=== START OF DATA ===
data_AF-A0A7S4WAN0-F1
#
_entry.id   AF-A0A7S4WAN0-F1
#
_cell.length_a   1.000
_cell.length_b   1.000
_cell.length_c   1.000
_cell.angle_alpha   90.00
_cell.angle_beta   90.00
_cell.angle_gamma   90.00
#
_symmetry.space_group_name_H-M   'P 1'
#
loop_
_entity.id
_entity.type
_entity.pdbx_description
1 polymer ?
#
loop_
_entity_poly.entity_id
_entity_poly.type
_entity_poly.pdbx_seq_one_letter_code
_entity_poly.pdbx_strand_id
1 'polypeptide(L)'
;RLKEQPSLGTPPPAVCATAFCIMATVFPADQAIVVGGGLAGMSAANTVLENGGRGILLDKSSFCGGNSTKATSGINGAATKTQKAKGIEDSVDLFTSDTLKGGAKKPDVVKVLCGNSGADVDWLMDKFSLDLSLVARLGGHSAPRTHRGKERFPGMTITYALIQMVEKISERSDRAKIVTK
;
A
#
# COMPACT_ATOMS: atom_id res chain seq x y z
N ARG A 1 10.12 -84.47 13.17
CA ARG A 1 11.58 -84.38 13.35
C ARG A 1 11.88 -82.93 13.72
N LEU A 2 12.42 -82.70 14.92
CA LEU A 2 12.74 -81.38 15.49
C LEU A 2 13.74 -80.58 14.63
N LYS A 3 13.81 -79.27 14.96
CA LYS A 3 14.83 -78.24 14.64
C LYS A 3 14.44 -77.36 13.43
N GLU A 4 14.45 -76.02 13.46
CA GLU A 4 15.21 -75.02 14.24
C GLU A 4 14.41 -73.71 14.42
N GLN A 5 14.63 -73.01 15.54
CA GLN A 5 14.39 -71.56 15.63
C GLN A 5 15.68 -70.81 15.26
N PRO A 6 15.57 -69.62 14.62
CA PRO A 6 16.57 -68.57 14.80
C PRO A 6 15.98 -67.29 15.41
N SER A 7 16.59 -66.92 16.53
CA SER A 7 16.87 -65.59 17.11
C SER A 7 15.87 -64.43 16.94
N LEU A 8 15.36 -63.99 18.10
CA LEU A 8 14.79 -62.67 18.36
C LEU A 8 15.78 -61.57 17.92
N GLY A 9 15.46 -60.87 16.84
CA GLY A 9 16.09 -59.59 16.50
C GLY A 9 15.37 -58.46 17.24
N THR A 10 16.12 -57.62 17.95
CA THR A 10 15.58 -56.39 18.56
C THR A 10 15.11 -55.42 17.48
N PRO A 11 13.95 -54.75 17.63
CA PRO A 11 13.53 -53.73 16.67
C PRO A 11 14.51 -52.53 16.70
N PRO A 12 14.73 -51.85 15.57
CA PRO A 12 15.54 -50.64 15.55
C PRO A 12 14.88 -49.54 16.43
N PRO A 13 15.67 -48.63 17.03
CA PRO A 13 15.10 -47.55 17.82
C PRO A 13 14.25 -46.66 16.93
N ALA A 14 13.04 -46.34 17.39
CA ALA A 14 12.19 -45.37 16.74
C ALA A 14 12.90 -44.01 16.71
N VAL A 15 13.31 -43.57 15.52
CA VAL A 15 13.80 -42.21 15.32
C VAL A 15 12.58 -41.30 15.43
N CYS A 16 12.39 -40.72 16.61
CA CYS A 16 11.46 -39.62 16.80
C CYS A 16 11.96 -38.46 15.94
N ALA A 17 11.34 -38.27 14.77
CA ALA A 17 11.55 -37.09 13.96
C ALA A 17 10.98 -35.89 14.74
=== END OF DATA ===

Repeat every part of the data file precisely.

data_AF-A0A7S4WAN0-F1
#
_entry.id   AF-A0A7S4WAN0-F1
#
_cell.length_a   1.000
_cell.length_b   1.000
_cell.length_c   1.000
_cell.angle_alpha   90.00
_cell.angle_beta   90.00
_cell.angle_gamma   90.00
#
_symmetry.space_group_name_H-M   'P 1'
#
loop_
_entity.id
_entity.type
_entity.pdbx_description
1 polymer ?
#
loop_
_entity_poly.entity_id
_entity_poly.type
_entity_poly.pdbx_seq_one_letter_code
_entity_poly.pdbx_strand_id
1 'polypeptide(L)'
;RLKEQPSLGTPPPAVCATAFCIMATVFPADQAIVVGGGLAGMSAANTVLENGGRGILLDKSSFCGGNSTKATSGINGAATKTQKAKGIEDSVDLFTSDTLKGGAKKPDVVKVLCGNSGADVDWLMDKFSLDLSLVARLGGHSAPRTHRGKERFPGMTITYALIQMVEKISERSDRAKIVTK
;
A
#
# COMPACT_ATOMS: atom_id res chain seq x y z
N ARG A 1 10.12 -84.47 13.17
CA ARG A 1 11.58 -84.38 13.35
C ARG A 1 11.88 -82.93 13.72
N LEU A 2 12.42 -82.70 14.92
CA LEU A 2 12.74 -81.38 15.49
C LEU A 2 13.74 -80.58 14.63
N LYS A 3 13.81 -79.27 14.96
CA LYS A 3 14.83 -78.24 14.64
C LYS A 3 14.44 -77.36 13.43
N GLU A 4 14.45 -76.02 13.46
CA GLU A 4 15.21 -75.02 14.24
C GLU A 4 14.41 -73.71 14.42
N GLN A 5 14.63 -73.01 15.54
CA GLN A 5 14.39 -71.56 15.63
C GLN A 5 15.68 -70.81 15.26
N PRO A 6 15.57 -69.62 14.62
CA PRO A 6 16.57 -68.57 14.80
C PRO A 6 15.98 -67.29 15.41
N SER A 7 16.59 -66.92 16.53
CA SER A 7 16.87 -65.59 17.11
C SER A 7 15.87 -64.43 16.94
N LEU A 8 15.36 -63.99 18.10
CA LEU A 8 14.79 -62.67 18.36
C LEU A 8 15.78 -61.57 17.92
N GLY A 9 15.46 -60.87 16.84
CA GLY A 9 16.09 -59.59 16.50
C GLY A 9 15.37 -58.46 17.24
N THR A 10 16.12 -57.62 17.95
CA THR A 10 15.58 -56.39 18.56
C THR A 10 15.11 -55.42 17.48
N PRO A 11 13.95 -54.75 17.63
CA PRO A 11 13.53 -53.73 16.67
C PRO A 11 14.51 -52.53 16.70
N PRO A 12 14.73 -51.85 15.57
CA PRO A 12 15.54 -50.64 15.55
C PRO A 12 14.88 -49.54 16.43
N PRO A 13 15.67 -48.63 17.03
CA PRO A 13 15.10 -47.55 17.82
C PRO A 13 14.25 -46.66 16.93
N ALA A 14 13.04 -46.34 17.39
CA ALA A 14 12.19 -45.37 16.74
C ALA A 14 12.90 -44.01 16.71
N VAL A 15 13.31 -43.57 15.52
CA VAL A 15 13.80 -42.21 15.32
C VAL A 15 12.58 -41.30 15.43
N CYS A 16 12.39 -40.72 16.61
CA CYS A 16 11.46 -39.62 16.80
C CYS A 16 11.96 -38.46 15.94
N ALA A 17 11.34 -38.27 14.77
CA ALA A 17 11.55 -37.09 13.96
C ALA A 17 10.98 -35.89 14.74